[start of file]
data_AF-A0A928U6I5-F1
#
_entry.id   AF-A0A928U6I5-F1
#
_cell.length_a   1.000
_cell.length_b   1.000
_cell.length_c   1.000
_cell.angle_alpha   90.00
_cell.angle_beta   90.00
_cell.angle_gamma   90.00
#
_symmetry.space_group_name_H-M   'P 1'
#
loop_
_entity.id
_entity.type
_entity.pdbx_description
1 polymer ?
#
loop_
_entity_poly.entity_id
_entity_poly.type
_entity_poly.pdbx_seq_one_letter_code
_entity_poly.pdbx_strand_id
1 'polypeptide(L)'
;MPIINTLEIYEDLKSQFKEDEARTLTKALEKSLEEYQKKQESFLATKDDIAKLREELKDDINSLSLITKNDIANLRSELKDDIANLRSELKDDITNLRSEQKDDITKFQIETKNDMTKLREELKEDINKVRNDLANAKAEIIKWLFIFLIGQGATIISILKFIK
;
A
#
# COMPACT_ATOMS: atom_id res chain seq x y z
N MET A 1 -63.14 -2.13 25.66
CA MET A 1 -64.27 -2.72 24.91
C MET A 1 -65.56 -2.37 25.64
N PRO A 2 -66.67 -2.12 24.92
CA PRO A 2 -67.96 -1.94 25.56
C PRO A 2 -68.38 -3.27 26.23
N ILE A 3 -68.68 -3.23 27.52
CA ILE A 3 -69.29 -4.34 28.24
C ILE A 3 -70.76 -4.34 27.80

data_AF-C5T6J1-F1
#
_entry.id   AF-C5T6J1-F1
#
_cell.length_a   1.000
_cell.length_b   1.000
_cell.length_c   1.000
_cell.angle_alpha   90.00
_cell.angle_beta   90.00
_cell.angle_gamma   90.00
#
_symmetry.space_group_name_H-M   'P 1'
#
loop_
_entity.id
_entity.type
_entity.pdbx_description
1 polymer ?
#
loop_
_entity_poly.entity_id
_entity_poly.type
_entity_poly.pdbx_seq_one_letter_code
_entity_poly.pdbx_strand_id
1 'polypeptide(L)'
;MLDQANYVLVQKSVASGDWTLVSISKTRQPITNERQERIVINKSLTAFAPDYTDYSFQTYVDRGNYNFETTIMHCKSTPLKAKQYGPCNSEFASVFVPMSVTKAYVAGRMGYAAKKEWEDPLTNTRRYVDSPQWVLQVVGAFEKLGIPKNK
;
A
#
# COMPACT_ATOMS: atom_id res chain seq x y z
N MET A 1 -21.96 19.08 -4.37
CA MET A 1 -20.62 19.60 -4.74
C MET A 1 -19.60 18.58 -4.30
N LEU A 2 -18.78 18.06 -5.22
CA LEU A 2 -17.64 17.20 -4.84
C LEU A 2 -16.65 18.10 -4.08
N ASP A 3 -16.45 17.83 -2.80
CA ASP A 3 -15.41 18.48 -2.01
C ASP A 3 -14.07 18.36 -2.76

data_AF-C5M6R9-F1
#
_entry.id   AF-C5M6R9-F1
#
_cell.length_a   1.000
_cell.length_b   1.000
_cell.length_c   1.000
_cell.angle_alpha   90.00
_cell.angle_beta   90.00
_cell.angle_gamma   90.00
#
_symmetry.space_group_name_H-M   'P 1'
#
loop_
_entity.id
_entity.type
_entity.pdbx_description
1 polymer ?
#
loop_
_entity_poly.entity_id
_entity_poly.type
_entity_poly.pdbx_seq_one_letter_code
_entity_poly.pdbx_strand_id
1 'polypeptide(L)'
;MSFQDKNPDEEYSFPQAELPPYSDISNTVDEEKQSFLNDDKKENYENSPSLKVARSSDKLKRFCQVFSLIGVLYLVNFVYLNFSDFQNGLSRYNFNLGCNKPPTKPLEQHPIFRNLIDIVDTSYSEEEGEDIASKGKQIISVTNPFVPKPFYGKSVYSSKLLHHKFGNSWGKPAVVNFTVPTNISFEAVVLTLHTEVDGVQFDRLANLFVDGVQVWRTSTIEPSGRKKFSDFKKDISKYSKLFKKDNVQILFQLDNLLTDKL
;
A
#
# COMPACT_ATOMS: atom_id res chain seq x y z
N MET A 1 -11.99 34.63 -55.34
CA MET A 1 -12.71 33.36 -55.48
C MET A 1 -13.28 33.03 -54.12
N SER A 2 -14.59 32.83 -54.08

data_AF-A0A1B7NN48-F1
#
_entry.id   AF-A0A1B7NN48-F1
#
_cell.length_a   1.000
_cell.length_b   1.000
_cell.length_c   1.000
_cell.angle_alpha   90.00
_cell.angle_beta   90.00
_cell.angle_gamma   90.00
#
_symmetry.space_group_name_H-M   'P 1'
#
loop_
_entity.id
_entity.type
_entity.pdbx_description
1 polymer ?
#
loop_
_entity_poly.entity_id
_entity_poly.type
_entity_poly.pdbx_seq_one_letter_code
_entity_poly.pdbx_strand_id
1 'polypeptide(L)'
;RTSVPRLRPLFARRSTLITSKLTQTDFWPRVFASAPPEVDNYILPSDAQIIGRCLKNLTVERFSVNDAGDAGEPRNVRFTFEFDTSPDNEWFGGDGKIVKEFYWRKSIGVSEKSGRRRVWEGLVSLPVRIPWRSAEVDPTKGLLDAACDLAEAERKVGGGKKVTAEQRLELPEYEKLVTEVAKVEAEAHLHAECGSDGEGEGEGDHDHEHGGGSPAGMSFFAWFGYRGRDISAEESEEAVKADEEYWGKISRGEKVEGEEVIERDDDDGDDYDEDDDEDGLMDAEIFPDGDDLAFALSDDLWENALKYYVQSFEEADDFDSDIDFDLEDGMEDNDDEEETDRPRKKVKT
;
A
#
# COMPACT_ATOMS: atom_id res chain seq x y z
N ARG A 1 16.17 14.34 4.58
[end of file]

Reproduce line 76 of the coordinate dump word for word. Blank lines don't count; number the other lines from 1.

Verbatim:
N ASP A 3 -16.45 17.83 -2.80